What the three phenomena appear to have in common is underreporting motivated by the desire to reduce the effort needed to complete the questionnaire. But it is not clear whether these forms of error result from something the interviewers do, something the respondents do, or both. The proposed studies use both new experiments and analyze existing data to try to pinpoint the locus of these effects (interviewers versus respondents) and to explore the effectiveness of different methods for reducing these errors. The project will contribute to the improvement of various national statistics that are derived from survey items affected by these problems. The project also will further the training of graduate students and contribute to the professional training of survey researchers at both institutions. The research is supported by the Methodology, Measurement, and Statistics Program and a consortium of federal statistical agencies as part of a joint activity to support research on survey and statistical methodology.

Agency: NSF | Branch: Standard Grant | Program: | Phase: | Award Amount: 63.18K | Year: 2014

Since the late 1970s, the National Science Foundation has sponsored a series of surveys to gauge public attitudes toward and understanding of science and technology. The scientific community has raised concerns about two of the survey items that have been part of the factual knowledge scale for many years. One of the items is intended to measure understanding of evolution, and the other is about the origins of the universe. In both items, there is a concern that a respondent?s answer may not be measuring scientific knowledge, but rather some aspect of religious belief. This potential interaction of religious belief and knowledge may vary among religious groups, and therefore influence the understanding of scientific knowledge in the U.S. population.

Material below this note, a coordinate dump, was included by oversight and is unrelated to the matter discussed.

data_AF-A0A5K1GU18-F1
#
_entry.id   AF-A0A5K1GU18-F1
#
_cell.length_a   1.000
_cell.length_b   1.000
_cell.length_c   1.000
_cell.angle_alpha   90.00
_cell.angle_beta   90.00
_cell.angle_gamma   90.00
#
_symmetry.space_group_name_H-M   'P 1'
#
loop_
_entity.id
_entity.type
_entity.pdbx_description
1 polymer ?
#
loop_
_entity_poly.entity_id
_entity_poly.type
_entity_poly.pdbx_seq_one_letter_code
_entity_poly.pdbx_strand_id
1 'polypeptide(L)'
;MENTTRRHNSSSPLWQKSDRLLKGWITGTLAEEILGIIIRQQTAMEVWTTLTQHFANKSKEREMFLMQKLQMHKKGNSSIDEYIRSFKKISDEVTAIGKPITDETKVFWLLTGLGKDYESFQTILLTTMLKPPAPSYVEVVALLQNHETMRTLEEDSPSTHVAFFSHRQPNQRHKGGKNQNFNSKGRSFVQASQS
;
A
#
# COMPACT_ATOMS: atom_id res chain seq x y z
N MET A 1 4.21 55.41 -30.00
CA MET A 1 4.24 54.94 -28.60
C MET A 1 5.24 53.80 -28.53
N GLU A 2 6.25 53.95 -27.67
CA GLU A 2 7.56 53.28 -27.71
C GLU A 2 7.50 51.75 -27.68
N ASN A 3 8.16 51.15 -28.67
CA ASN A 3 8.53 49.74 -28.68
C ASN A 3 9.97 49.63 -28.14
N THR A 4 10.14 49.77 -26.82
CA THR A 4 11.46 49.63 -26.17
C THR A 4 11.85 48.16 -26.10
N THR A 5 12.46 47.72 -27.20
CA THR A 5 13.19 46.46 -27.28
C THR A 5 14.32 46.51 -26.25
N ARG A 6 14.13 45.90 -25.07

This proposal focuses on how different wordings of the questions about evolution and the origins of the universe may affect conclusions about science literacy. An experiment in the 2012 General Social Survey varied the question wording of these items by adding ?According to the theory of evolution?? or ?According to astronomers?? to stress that the questions are about the current state of scientific knowledge, not the respondent?s personal beliefs. Preliminary analyses show that higher percentages of the U.S. population answer these versions of the questions correctly than the original versions. This project investigates the measurement properties of these questions more thoroughly. We use confirmatory factor analysis to study measurement equivalence across religious groups on both the original and experimental versions of these science literacy measures.

The level of science literacy in the U.S. population can affect many aspects of society. Science literacy serves as a resource for individuals and communities. For example, individuals with higher levels of science literacy can make better decisions about their own health or the health of others. Science literacy can also impact economic growth and development by influencing factors such as the rate of new discoveries and technological development. Hence, it is important for policy makers to understand the level of science literacy in the population. The goal of this proposal is to clarify the degree to which survey questions provide accurate measures of science literacy. It specifically focuses on how different wordings of survey questions about the origins of the universe and evolution may affect how one draws conclusions about science literacy.